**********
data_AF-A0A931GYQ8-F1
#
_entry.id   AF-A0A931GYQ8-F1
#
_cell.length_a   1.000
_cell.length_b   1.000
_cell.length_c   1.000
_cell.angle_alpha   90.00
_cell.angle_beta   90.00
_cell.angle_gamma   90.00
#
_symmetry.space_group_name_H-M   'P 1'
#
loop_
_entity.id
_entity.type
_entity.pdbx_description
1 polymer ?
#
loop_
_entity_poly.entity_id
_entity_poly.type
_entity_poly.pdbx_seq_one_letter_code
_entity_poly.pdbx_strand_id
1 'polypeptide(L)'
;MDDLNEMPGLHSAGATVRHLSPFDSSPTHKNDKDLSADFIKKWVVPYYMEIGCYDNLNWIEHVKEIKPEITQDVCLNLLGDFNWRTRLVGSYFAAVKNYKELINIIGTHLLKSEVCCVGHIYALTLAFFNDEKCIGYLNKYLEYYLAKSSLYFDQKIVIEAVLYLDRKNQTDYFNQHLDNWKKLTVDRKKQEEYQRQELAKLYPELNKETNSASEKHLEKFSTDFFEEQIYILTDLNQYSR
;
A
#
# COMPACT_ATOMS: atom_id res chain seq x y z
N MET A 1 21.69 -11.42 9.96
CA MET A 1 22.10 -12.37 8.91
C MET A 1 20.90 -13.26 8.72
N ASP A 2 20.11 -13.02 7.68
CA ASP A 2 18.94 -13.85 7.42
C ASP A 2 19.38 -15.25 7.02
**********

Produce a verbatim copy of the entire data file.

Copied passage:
data_AF-A0A931GYQ8-F1
#
_entry.id   AF-A0A931GYQ8-F1
#
_cell.length_a   1.000
_cell.length_b   1.000
_cell.length_c   1.000
_cell.angle_alpha   90.00
_cell.angle_beta   90.00
_cell.angle_gamma   90.00
#
_symmetry.space_group_name_H-M   'P 1'
#
loop_
_entity.id
_entity.type
_entity.pdbx_description
1 polymer ?
#
loop_
_entity_poly.entity_id
_entity_poly.type
_entity_poly.pdbx_seq_one_letter_code
_entity_poly.pdbx_strand_id
1 'polypeptide(L)'
;MDDLNEMPGLHSAGATVRHLSPFDSSPTHKNDKDLSADFIKKWVVPYYMEIGCYDNLNWIEHVKEIKPEITQDVCLNLLGDFNWRTRLVGSYFAAVKNYKELINIIGTHLLKSEVCCVGHIYALTLAFFNDEKCIGYLNKYLEYYLAKSSLYFDQKIVIEAVLYLDRKNQTDYFNQHLDNWKKLTVDRKKQEEYQRQELAKLYPELNKETNSASEKHLEKFSTDFFEEQIYILTDLNQYSR
;
A
#
# COMPACT_ATOMS: atom_id res chain seq x y z
N MET A 1 21.69 -11.42 9.96
CA MET A 1 22.10 -12.37 8.91
C MET A 1 20.90 -13.26 8.72
N ASP A 2 20.11 -13.02 7.68
CA ASP A 2 18.94 -13.85 7.42
C ASP A 2 19.38 -15.25 7.02